I shake my head automatically, not even registering that I’m about as good as arguing with a wall here. “That’s not true. I do care. I’ve always cared.”
“Liar,” he hisses again but it’s under his breath, through clenched teeth and I can’t respond to it. “You never cared about anyone besides yourself.”
“Not real, Peeta!” I frantically try to get through to him. “Not real, not real, not real!”
He acts as if I hadn’t spoken. “I always, always loved you. So much.” He says it, not as a compliment or endearment, but as a dark fact, as a burden to bear. As if it were a heavy load he was forced to carry. “Did that mean anything you? Did I mean anything to you? Or was I just second best to him?”
“Peeta,” I whimper out desperately, wiping my eyes with one hand and reaching out to grip his palm with my other. “You mean everything to me. You’re my whole world.”
Something flickers in his eyes and he snaps like the branches beneath our feet. “Liar!” He screams again, and shoves my hand off his. “You’re a mutt! You’re a liar! You’re not going to kill me like you did everyone else!”
“Not real!” I scream on the top of my lungs, giving up every other defense I have, just for the insane hope of getting through to him.
I remember how I got him to cooperate, to see reason, to fight, in the middle of the war. How I kissed him desperately, knowing I rationally should kill him, knowing there was a likely chance he’d kill me for even trying to save him, but how I did it anyway, in the face of all that.
It was different then. He wasn’t freshly full of venom. He was already beginning to overcome his hijacking on his own. He was already starting to fight his way back to me.
But that doesn’t mean the same methods couldn’t be repurposed here. That doesn’t mean they wouldn’t work again, under different circumstances.
Somehow, in the seconds I considered this method, my eyes had traveled to his lips and my plan was foiled before it could be put into action.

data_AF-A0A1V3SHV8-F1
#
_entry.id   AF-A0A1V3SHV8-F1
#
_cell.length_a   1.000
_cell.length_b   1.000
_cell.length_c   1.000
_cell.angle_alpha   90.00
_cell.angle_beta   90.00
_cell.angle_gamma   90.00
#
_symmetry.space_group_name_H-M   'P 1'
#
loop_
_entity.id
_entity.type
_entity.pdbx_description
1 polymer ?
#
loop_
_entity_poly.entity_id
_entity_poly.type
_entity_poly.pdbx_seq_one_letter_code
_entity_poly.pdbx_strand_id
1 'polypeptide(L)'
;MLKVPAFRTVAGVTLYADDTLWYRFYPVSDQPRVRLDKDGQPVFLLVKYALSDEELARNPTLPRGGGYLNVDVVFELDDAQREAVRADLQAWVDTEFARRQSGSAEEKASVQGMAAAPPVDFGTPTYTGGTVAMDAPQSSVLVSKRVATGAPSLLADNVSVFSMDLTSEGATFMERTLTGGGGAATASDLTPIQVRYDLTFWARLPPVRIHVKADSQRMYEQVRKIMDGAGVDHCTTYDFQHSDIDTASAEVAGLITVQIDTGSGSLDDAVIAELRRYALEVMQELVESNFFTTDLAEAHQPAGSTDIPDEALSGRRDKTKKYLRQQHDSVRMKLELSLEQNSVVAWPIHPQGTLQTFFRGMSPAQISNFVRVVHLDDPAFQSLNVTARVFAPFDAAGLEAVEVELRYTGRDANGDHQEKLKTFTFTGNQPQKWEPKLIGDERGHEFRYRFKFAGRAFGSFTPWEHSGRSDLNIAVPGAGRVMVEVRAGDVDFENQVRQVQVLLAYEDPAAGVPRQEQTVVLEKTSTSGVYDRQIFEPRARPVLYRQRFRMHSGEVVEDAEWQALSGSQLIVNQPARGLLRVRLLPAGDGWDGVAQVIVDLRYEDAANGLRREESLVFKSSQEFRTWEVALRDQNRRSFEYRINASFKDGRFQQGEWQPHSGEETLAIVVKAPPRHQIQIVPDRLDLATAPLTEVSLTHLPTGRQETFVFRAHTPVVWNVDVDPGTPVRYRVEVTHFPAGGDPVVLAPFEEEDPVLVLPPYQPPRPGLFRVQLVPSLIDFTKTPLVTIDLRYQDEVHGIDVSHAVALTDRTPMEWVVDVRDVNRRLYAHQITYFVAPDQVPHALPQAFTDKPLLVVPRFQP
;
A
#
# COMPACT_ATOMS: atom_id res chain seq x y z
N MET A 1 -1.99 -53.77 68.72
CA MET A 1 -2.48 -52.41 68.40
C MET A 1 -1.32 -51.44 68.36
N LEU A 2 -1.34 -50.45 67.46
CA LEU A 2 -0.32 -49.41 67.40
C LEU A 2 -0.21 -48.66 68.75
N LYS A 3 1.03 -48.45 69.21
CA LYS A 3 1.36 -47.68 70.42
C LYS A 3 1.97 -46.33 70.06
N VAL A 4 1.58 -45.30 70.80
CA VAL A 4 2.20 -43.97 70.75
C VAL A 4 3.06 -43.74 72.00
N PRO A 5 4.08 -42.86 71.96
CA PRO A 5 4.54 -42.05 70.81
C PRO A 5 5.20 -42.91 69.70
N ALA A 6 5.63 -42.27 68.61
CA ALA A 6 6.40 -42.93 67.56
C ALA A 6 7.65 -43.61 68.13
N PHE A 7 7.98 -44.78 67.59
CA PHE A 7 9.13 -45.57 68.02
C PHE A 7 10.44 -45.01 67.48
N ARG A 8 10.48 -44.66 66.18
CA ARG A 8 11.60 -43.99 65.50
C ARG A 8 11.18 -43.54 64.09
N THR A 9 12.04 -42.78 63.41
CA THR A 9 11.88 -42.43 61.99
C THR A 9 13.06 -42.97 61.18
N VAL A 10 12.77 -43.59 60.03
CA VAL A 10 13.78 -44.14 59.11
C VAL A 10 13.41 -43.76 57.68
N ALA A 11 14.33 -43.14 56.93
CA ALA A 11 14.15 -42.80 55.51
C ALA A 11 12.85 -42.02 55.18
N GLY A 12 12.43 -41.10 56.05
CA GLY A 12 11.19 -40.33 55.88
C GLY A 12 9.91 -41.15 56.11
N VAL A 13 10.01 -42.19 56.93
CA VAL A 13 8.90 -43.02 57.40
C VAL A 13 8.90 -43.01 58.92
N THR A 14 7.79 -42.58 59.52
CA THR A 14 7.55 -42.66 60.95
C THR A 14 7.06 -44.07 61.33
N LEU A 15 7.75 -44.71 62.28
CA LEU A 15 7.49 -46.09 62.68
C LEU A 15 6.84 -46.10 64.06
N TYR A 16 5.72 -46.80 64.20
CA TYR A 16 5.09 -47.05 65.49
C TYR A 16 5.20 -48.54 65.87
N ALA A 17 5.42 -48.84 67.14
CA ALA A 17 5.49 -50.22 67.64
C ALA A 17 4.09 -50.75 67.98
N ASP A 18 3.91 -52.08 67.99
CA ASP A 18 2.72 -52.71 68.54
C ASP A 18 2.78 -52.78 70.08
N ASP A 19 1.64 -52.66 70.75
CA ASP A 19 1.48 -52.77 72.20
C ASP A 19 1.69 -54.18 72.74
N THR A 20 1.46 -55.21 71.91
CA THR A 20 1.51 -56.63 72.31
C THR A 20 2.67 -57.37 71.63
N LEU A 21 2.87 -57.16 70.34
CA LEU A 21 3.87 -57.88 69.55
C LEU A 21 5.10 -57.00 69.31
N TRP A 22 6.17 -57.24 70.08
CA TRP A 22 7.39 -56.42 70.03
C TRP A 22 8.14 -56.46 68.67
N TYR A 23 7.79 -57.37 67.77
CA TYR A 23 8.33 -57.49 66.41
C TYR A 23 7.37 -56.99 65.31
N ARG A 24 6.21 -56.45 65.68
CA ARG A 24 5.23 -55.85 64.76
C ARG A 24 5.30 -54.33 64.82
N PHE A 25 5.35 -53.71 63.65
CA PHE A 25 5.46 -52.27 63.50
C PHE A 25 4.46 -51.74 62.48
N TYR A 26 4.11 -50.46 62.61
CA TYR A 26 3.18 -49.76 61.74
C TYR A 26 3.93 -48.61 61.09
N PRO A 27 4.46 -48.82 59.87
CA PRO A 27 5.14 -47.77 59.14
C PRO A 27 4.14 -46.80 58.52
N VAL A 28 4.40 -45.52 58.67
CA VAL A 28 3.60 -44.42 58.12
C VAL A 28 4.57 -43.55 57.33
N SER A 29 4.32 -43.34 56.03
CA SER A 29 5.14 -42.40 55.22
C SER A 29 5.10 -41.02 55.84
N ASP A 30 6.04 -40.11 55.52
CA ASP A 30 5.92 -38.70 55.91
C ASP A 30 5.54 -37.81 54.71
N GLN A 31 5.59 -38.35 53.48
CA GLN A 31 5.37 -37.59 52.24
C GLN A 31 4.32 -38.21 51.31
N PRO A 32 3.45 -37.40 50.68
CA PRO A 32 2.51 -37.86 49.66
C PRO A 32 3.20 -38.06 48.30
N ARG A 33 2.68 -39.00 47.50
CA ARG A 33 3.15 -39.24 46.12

“Don’t you dare,” he threatens, his voice dripping with fury. Even more deadly than I heard only a moment ago. “You’re not going manipulate me like you always do, mutt.”
Before I can gather my bearings or even process what he’s implying, he forces both his hands to let go of the roots he’s managed to maintain an iron tight grip on. His hands come flying at me, knocking me back against the forest floor, knocking the wind out of me painfully.
I feel my shoulder blade take the impact and fight back a wince, just as two large hands wrap themselves around my throat.
They squeeze tight, effectively cutting off my air supply, giving me the same horrible sensation I still remember from his rescue. The horrible day I still sometimes have nightmares about.
This whole entire thing is a nightmare come to life. Just as much as it was back in Thirteen four years ago.
I stare up at him, my vision swirling, my eyes stuck on his. And, in spite of how angry I should be—at Snow or Coin or the Capitol or just life in general—I find myself uncharacteristically hoping. Not hoping that he won’t kill me. But rather hoping that when he comes back to his senses, he is able to forgive himself for this. That he is able to forgive himself for all of it.